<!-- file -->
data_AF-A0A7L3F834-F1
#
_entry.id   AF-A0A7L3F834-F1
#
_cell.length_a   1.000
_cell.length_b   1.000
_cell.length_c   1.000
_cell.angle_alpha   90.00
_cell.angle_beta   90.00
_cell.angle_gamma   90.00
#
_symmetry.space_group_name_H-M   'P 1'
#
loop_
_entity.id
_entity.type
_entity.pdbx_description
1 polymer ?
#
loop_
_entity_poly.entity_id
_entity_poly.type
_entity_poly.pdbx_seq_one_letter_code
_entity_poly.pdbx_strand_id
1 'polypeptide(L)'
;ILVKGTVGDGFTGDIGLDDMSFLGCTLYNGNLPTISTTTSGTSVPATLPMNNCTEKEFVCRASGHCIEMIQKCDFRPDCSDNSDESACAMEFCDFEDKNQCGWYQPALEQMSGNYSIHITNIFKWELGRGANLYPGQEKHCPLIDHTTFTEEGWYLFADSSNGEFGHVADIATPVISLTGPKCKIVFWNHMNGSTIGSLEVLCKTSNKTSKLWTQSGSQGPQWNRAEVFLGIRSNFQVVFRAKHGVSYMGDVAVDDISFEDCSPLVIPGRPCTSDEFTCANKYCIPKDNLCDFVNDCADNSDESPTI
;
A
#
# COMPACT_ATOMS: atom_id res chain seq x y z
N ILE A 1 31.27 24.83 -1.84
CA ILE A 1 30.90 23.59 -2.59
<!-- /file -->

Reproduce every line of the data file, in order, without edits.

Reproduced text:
data_AF-A0A7L3F834-F1
#
_entry.id   AF-A0A7L3F834-F1
#
_cell.length_a   1.000
_cell.length_b   1.000
_cell.length_c   1.000
_cell.angle_alpha   90.00
_cell.angle_beta   90.00
_cell.angle_gamma   90.00
#
_symmetry.space_group_name_H-M   'P 1'
#
loop_
_entity.id
_entity.type
_entity.pdbx_description
1 polymer ?
#
loop_
_entity_poly.entity_id
_entity_poly.type
_entity_poly.pdbx_seq_one_letter_code
_entity_poly.pdbx_strand_id
1 'polypeptide(L)'
;ILVKGTVGDGFTGDIGLDDMSFLGCTLYNGNLPTISTTTSGTSVPATLPMNNCTEKEFVCRASGHCIEMIQKCDFRPDCSDNSDESACAMEFCDFEDKNQCGWYQPALEQMSGNYSIHITNIFKWELGRGANLYPGQEKHCPLIDHTTFTEEGWYLFADSSNGEFGHVADIATPVISLTGPKCKIVFWNHMNGSTIGSLEVLCKTSNKTSKLWTQSGSQGPQWNRAEVFLGIRSNFQVVFRAKHGVSYMGDVAVDDISFEDCSPLVIPGRPCTSDEFTCANKYCIPKDNLCDFVNDCADNSDESPTI
;
A
#
# COMPACT_ATOMS: atom_id res chain seq x y z
N ILE A 1 31.27 24.83 -1.84
CA ILE A 1 30.90 23.59 -2.59